A massive data breach recently was discovered at Desjardins, one of the largest federations of credit unions in North America. Information related to names, addresses, birth dates, social insurance numbers, email addresses and information about transaction habits of 2.7 million group members and 173,000 business customers were compromised. The data breach was perpetrated by an employee who since has been fired.
While cybersecurity remains a real and constant priority, the focus of many businesses tends to be on threats that are external – i.e. hackers, computer viruses, etc. However, incidents like the one that just came to light at Desjardins and similar situations elsewhere (including this recent one in the healthcare field) demonstrate that the threat from within an organization can be just as grave when employees have access to sensitive information and/or internal security is too easily compromised. According to some experts roughly a third of reported breaches are caused by an insider.
In this specific case, no credit card data was among the compromised information. However, the incident demonstrates that protecting critical information from within is equally as important as protecting from external threats.
Think about your own situation. If you are running a business or an organization in which your customers provide your staff with credit card information over the telephone, how secure is your own
people payment environment? For example, are your computer stations locked down i.e. are they only set up to be used for entering information in one spot, as opposed to people having multiple windows open to perform a variety of other tasks? Do people keep their personal phones at their desks, or pens and paper? If the answer is yes to any of these then not only are you vulnerable to a breach from within where your customer’s credit card information can be compromised, you are also in violation of PCI compliance standards.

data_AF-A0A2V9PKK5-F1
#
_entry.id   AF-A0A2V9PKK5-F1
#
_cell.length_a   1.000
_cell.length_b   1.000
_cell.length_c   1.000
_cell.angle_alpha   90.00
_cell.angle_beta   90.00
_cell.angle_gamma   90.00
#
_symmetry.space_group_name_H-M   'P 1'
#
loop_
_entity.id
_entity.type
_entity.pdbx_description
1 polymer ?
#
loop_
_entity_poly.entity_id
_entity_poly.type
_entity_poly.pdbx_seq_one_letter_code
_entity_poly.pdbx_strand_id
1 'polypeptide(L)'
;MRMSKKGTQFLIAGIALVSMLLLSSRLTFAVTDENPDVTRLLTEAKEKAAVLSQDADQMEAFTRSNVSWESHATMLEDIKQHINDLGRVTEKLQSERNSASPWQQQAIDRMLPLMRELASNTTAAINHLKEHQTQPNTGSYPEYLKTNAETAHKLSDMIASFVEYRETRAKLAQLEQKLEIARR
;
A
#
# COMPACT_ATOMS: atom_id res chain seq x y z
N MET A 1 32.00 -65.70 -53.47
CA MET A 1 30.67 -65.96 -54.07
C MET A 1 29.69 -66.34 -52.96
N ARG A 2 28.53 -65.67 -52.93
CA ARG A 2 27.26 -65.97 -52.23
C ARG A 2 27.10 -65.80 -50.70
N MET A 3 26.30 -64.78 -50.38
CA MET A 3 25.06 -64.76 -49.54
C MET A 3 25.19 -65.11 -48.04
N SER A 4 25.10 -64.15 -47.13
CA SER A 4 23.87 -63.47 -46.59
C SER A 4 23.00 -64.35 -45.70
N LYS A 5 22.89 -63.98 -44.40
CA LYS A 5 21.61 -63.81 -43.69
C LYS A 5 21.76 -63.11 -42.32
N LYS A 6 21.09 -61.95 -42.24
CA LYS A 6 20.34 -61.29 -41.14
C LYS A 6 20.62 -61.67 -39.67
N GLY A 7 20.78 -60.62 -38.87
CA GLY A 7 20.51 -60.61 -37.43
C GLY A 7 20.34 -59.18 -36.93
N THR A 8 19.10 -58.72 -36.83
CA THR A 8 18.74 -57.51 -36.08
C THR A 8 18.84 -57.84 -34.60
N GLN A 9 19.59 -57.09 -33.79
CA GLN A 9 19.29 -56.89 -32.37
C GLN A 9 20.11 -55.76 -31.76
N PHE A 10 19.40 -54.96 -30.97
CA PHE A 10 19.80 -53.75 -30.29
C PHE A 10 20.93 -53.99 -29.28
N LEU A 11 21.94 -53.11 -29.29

The lesson to be gained from the fallout from what happened at Desjardins and similar occurrences is not that employees are inherently untrustworthy but rather the importance of securing all your payment channels so that their trustworthiness is not even an issue. Allowing your customers to call in to pay for products and services over the telephone, means that you are taking all responsibility for securing that payment channel and liability if any information is compromised.
If you accept payments of any kind over the phone you are also subject to PCI compliance and need to adhere to the requirements that pertain to that. PCI requirements are also much more technical than other industry standards and involve the need to oversee and control areas of business activity that many organizations are not used to managing closely. There is a complete set of guidelines for PCI compliance specific to a live staff environment. You can find more information on PCI compliance here.
As a business manager your goal needs to be removing the inherent risk you run when your live staff handles credit card information. In addition to implementing formalized information security policies you can implement measures that remove or limit employee access to sensitive information.
One approach to achieving this is by deploying Automated IVR Pay-By-Phone technology which removes your live staff from collecting, listening or being exposed to any customer credit card information.
You can employ a fully automated Pay By Phone (IVR Payments) solution that can process payments 24/7, or you can adopt a hybrid approach where your live staff assists customers up to the point where credit card information will be exchanged. Either way, your customers can rest assured that their credit card information is not being potentially compromised by being accessible to a live staff. This is not only an advantage for customers, but businesses benefit as well from the increased security and cost reduction that follows with any type of automation. Ensuring PCI compliance saves both time and money (the fines associated to a credit card data breach are steep, not to mention the lost business and bad publicity) which can then be used instead to improve and expand your business.